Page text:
I love that young children will try anything. Present a young child with a new sport, a new language, a new food, and he or she will try it.
However, that changes quickly — just show most children a plate of vegetables. Based on experience, children who don’t like spinach or broccoli will start refusing to try other green foods, assuming they will be similarly nasty. Even if they like broccoli, many children hear their friends criticizing veggies, and soon feeding florets to those children becomes increasingly difficult. I wonder if that is why Dr. Seuss called his book Green Eggs and Ham, to try and convince readers that green food can be delicious and we should just try them.
As we age, and we have lived more negative experiences, we start getting more set in our ways. Bottom line, we get less adventurous. It seems to me that fear is proportional to age. As soon as we can spell proportional, or know what it means, we are scared for all kinds of reasons.
What are the reasons you give for not doing something? Mine are predominantly fear-based.
Especially when it comes to trying new activities (less so with trying new food — though food poisoning can be painful) my biggest fear is getting physically hurt. I think twice about trying bungee jumping, or skydiving, for fears of scraping a knee, breaking an arm, or worse. I worry about the pain, the blood, the trip to the hospital, and the recovery time.
Physical hurt is bad enough, but worse than that is the fear of getting hurt in front of others, or simply looking like a fool. Embarrassment often even has a longer recovery time than broken bones. The fear of others witnessing the spectacle, seeing you not at your best, can definitely be reason enough to not try any number of things. Silly though -we need to go back to the childhood saying of sticks and stones — we will not die of embarrassment (even if that is another expression).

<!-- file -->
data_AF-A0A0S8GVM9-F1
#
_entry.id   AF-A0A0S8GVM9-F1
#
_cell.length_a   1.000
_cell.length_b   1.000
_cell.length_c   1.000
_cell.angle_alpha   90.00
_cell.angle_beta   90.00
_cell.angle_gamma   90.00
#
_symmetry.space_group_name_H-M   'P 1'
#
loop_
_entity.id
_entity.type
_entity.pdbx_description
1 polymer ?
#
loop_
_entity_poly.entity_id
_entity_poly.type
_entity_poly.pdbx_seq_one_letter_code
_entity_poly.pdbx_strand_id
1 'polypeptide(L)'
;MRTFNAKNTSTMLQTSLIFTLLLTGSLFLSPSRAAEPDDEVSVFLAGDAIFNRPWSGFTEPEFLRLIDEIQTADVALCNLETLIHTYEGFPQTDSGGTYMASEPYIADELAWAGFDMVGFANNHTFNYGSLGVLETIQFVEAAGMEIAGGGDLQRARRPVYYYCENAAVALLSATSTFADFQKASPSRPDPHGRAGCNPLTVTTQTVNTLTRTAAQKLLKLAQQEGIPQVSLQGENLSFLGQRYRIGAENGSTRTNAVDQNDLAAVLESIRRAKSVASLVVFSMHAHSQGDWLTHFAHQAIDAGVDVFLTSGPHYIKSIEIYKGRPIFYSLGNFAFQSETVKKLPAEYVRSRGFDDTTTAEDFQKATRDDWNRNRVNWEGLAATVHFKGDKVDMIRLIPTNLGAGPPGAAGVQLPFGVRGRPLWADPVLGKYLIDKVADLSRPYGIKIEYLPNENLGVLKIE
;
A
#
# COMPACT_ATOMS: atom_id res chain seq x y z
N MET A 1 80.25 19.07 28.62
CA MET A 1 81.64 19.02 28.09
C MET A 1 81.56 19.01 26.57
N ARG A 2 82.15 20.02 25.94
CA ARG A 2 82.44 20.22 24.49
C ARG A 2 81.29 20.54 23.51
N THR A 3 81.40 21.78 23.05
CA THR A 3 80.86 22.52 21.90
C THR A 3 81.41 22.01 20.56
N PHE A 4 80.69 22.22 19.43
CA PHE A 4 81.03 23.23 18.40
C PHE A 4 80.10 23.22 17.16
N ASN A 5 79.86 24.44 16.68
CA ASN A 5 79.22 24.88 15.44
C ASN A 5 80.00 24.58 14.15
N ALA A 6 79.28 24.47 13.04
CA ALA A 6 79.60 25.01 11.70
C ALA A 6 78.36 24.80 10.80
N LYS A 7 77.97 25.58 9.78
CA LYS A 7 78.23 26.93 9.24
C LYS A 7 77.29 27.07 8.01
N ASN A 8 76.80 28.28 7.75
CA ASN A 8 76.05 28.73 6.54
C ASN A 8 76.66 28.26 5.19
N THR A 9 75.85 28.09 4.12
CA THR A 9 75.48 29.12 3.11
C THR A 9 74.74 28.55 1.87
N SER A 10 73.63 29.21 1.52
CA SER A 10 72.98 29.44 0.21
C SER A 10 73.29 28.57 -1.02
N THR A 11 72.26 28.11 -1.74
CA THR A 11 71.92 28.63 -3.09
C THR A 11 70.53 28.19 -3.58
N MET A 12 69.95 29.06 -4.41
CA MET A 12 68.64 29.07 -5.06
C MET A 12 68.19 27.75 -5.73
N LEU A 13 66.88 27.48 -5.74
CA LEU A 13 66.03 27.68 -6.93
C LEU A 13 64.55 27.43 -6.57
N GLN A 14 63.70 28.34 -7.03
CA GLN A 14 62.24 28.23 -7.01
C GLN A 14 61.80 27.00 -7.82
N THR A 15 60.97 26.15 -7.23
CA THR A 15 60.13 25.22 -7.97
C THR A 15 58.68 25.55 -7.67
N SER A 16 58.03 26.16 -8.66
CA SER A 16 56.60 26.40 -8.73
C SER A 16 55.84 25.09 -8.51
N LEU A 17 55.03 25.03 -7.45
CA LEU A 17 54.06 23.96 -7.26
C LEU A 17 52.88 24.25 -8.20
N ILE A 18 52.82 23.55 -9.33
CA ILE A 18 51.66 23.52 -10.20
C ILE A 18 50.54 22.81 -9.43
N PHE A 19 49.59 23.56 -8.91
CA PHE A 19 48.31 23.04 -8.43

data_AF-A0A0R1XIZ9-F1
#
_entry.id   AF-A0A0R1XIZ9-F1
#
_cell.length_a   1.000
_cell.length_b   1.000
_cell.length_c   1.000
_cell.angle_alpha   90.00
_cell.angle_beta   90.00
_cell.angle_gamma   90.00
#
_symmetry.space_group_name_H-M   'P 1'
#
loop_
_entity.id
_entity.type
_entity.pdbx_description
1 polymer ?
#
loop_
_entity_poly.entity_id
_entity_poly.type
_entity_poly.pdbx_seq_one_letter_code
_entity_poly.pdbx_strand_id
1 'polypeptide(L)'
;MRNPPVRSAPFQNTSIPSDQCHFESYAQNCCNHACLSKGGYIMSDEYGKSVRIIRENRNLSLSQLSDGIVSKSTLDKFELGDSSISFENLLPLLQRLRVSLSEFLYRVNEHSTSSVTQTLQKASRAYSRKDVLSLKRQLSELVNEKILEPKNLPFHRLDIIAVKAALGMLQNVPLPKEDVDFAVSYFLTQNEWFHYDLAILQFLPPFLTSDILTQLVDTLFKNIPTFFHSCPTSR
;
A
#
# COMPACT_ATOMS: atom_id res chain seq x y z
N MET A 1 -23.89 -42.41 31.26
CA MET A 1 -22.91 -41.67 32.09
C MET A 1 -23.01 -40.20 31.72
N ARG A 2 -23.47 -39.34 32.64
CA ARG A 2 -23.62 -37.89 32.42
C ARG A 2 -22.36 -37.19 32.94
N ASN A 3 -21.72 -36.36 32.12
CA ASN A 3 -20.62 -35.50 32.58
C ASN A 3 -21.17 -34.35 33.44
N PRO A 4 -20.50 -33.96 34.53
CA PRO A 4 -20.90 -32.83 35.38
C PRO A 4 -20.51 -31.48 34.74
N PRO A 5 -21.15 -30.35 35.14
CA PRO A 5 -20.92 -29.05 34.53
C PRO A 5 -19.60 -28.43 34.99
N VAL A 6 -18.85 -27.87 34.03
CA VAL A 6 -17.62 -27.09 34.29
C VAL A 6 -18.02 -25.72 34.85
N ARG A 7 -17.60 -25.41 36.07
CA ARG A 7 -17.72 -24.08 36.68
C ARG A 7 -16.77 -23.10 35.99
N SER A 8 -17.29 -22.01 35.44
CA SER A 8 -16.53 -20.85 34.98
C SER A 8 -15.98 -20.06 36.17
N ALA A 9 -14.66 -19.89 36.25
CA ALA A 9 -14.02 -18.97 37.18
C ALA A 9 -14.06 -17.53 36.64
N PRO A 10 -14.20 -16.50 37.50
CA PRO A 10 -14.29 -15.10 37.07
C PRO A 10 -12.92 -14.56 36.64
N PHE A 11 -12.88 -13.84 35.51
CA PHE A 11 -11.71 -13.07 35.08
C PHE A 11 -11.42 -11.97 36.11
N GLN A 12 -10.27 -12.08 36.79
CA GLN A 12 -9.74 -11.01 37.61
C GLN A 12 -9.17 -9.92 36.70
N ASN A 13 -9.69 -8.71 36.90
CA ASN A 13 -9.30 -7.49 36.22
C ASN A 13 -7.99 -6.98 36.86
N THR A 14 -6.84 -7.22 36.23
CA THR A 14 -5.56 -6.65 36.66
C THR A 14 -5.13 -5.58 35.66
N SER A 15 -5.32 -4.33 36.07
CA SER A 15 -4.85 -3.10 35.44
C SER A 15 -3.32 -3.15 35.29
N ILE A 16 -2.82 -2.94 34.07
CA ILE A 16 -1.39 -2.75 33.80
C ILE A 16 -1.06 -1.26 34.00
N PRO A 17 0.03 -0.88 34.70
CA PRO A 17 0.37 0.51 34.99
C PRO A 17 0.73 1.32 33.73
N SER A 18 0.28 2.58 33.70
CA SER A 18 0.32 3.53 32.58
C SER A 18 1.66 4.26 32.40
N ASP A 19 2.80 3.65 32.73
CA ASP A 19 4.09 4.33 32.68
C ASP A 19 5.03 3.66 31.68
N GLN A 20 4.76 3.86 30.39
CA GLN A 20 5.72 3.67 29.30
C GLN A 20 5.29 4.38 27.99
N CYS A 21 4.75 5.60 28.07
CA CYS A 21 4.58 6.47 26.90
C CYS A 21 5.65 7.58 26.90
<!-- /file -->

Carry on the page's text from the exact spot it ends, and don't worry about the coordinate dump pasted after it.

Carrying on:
I also have a fear of realizing that I am not capable of doing something. What if I am not physically, mentally or emotionally equipped to accomplish the activity? What if I can’t remember how to tie the right knots for ice climbing? What if I am not capable of remembering the rules of bridge? What if I am not strong enough to pick up the motorcycle if I fall?
That last one leads to yet another worry of fear, that of breaking something — especially if it is someone else’s something — like their motorcycle. It’s bad enough to scratch your own car, but no one wants to crash someone else’s car the first time they parallel park. Heaven forbid you should break someone else’s surf board when they are teaching you to surf.
And yet another deeper fear creeps in when the teacher is someone you know. Learning to drive stick shift from my parents was painful. Taking golf instruction from a boyfriend was enough to end the relationship there and then. Learning from a loved one can be especially frightening, as it is hard to hand over the reins if we are used to being independent and in control of our world.
I’m also worried about liking a new thing too much. For example, I don’t want to acquire a taste for private reserve scotch, or heli-skiiing, as both are so expensive and inaccessible.
Perhaps the only reason I can think of not doing something that isn’t fear-based is not having the right equipment. I wouldn’t want to try skateboarding without a helmet or other protective gear.
Indifference or lack of interest appears to be the only other excuse I can think of that is not based on fear, though some might argue that such indifference is the same as a fear of living.
We need to turn back our fear-clocks. Getting old shouldn’t mean getting dull. We need to hold on to our youthful vitality. Maybe we need to reread Green Eggs and Ham to remember to try new things.
New activities grow brain cells. The rush of achievement and exhilaration makes us feel alive. Even if we don’t succeed, we can pat ourselves on the back for stepping outside our comfort zones, and we’ll likely have a good story to tell around the water cooler.
I wish for us all a youthful curiosity, and a rekindled sense of adventure. If our own fears have gotten too big, I also wish that a Sam-I-am soon enters our lives.